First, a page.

Pastor Joe Britton
St. Michael’s Church
Jesus said, “Peace be with you.” (Luke 24)
I find that trash day is quite the drama in Albuquerque. It all begins the night before, as one hears the thump-thump-thump of plastic trash bins being wheeled down driveways to the street, like battalions of soldiers taking up positions for the next day’s battle, and by morning what had been a clear street is lined with an infantry of blue and black containers waiting pensively for their fate.
Then in the distance, one hears the roar of the approaching garbage truck, engine gunning, then brakes squealing, and the tell-tale thud of a bin being violently grabbed by its mechanical arms, like those of a mighty dragon. The bin is then hurled into the air to be violently upended so that it contents come flying out into the yawning receptacle of the truck.
There is such a brutal finality to it all: items that we have deemed to be of no further use are first discarded into the bins, and then from there they are hurled into the bowels of a truck and quickly carried away, never to be seen again. All that’s left are the scattered, now empty bins lying haphazardly along the edge of the street, like the dead and wounded on a great battlefield.
In the ancient world, crucifixion was similarly a way of discarding something that was no longer wanted, except that in this case it was a human being. A person was hung up to die, discarded, and then unceremoniously thrown into a common grave, like a landfill. So Jesus, having been tried and rejected by his accusers, was similarly hung up on a cross to die at Golgotha (which was itself the trash heap of Jerusalem), with the intent that once he was dead, his body would be thrown out with the rest of the detritus of the city.
Except that … it doesn’t turn out that way, does it? The one who had been “despised and rejected” (as Isaiah foretold) returns to his disciples from the cross, speaking words of peace.
Now, we tend to focus our thoughts about this return on the miraculous and even divine intervention that seems to have taken place in this event.
But today’s gospel wants us to refocus our attention on the human element. Jesus is determined that his disciples realize that it is him—not a ghost, not an apparition, not a mystical vision—but truly him, in flesh and blood. And so by way of simple demonstration he asks them for something to eat, and they give him a piece of fish, which he eats as any ordinary human being would.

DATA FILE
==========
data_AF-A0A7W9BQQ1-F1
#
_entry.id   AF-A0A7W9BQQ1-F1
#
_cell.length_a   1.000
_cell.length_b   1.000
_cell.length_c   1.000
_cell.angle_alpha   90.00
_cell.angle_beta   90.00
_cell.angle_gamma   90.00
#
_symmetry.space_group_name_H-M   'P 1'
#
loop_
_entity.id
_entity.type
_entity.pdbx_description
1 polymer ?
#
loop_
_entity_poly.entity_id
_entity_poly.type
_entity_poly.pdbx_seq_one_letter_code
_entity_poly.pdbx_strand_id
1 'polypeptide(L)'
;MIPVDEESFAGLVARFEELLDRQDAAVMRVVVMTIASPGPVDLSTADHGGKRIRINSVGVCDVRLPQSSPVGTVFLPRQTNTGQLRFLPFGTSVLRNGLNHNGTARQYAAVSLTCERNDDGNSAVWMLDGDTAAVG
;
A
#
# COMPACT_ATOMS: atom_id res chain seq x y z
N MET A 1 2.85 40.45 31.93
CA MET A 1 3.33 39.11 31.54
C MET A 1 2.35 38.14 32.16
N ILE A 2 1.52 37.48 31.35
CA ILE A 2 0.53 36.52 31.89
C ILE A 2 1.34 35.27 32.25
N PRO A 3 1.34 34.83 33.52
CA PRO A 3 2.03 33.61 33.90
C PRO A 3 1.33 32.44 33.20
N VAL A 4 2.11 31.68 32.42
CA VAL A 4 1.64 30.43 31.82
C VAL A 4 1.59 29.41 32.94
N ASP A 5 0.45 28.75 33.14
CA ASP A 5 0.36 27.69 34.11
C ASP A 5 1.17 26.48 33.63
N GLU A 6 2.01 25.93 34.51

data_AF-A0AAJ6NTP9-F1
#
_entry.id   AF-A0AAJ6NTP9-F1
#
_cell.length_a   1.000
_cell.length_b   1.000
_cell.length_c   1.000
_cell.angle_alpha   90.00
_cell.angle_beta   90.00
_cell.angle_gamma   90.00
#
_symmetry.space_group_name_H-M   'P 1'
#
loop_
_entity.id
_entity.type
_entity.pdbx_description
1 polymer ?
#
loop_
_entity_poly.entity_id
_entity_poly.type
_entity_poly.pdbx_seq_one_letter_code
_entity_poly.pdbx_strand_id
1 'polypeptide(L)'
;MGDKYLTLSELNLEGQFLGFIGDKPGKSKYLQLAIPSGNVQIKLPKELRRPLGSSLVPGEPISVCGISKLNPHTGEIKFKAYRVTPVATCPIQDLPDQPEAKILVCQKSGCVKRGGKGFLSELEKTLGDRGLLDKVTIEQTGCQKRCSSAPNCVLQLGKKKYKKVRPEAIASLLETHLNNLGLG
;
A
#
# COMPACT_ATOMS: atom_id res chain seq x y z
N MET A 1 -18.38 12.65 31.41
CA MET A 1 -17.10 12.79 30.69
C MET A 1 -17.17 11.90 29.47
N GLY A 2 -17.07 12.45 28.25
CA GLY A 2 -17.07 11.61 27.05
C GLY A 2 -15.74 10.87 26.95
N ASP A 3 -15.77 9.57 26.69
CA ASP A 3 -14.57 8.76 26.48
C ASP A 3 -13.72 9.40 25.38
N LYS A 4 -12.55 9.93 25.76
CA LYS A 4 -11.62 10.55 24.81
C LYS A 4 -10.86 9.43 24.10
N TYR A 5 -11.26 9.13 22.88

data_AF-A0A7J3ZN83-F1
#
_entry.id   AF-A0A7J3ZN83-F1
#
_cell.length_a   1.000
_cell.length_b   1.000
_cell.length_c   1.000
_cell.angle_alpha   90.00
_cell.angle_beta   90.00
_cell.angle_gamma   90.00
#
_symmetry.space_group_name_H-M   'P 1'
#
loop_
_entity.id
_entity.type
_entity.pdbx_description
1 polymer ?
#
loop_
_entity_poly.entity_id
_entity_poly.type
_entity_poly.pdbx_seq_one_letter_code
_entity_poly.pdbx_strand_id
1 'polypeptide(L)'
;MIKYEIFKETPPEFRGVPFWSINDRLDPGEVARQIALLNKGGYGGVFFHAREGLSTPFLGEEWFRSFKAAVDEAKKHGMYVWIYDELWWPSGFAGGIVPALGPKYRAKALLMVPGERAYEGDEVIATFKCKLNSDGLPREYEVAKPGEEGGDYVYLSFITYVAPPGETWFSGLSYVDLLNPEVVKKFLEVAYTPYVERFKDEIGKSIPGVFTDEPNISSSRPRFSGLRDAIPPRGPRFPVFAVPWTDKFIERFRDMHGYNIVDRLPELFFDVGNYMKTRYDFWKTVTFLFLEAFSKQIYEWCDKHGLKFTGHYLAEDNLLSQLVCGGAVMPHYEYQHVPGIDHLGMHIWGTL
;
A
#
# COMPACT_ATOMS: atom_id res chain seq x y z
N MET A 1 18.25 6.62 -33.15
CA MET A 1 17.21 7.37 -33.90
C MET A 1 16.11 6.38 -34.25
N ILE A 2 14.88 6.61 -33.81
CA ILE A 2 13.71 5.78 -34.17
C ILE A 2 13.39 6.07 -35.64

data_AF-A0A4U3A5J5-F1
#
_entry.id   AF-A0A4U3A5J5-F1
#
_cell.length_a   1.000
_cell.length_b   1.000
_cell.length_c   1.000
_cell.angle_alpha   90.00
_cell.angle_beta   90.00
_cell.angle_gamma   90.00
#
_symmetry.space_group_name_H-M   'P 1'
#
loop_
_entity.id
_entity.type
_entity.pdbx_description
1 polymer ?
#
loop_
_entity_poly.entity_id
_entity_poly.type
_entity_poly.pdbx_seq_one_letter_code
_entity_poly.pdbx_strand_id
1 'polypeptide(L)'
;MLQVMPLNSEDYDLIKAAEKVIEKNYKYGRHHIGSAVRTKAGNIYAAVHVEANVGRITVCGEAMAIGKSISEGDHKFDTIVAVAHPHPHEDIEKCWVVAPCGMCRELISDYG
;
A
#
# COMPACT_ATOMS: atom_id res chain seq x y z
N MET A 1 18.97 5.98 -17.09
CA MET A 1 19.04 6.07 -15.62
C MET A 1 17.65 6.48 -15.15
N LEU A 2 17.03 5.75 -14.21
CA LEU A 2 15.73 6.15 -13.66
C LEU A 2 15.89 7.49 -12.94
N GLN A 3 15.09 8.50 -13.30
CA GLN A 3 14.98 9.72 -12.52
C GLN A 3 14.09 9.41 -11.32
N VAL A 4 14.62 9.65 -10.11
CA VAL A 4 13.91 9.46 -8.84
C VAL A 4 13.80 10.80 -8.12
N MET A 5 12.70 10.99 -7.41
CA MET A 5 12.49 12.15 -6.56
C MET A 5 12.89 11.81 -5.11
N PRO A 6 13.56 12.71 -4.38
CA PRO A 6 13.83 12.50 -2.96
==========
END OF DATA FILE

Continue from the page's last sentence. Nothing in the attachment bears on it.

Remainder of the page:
And hidden in that gesture, is something of the greatest importance that can easily escape our attention amidst all the trumpets and flowers of Easter. The resurrection is not just about some godlike occurrence that happened to Jesus, but it is an affirmation of the reality and destiny of human nature itself. For when Jesus carries our physical nature with him into death, and then continues to carry it beyond the grave to the other side, he embodies for us the message that we human beings are not bound simply by the constraints and limitations of our physical mortality. We are not a commodity.
Rather, we human beings have a meaning, and a purpose, which is bound up with the inextinguishable life of Jesus. And this life, as John’s epistle puts it this morning, is nothing less than love itself, given to us through Jesus. Our meaning and purpose is to love, to love endlessly, to love until it hurts—and through Jesus we know that love has no bounds, and most certainly not the grave. As one person remarked to me recently, in offering assistance to our immigrant family, “I think the measure of our worth is how we support each other, and everything else is speculation.”
This conviction that our life is given meaning by how we love one another is, of course, precisely what Jesus taught his disciples at the Last Supper, and it is the core of what we commemorate each time we come to this table: the duty and gift of loving one another, of sacrificing for one another, of standing up for one another, of suffering with one another.
And so, this love that we celebrate at this table, is what gives us hope in our struggles, courage in our fears, and perseverance in our challenges. For in the risen Jesus, we know they do not lead to the dead end of death (so to speak), but through his life they are woven into a web of commitment and concern that stretches both backward and forward in time.
It is as if the resurrected Jesus says to us, “There is more to you than you think,” just as there was more to him than his disciples had imagined. And if that is true then it is also true that through us, there is more to the world than we think. Or, to put it more bluntly: the world doesn’t have to be, the way it is now.
As Rowan Williams puts it in his little study of resurrection, The Sign and the Sacrifice:
The way things are is not the way things are destined to be. Under God, with wisdom, discernment and courage, you can find out what changes are possible, because the world can change. God can be known and served: human beings can live differently: the body of Christ shows us there are ways of living together as human beings that are not tribal, violent, exclusive and anxious. (p. 89)
And so, there is a “fundamental fearlessness” that comes from the resurrection gospel, which is a message that we are very much in need of hearing in these days. In himself, Jesus gathers up all our doubts, our fears, our anxieties, even our death—and returns them to us when we least expect it, transformed through a loving embrace and the simple phrase, “Peace be with you.” In those four words, who we are, and who we hope to become, is affirmed, blessed, encouraged and refreshed. So may Christ’s peace be with you all. Amen.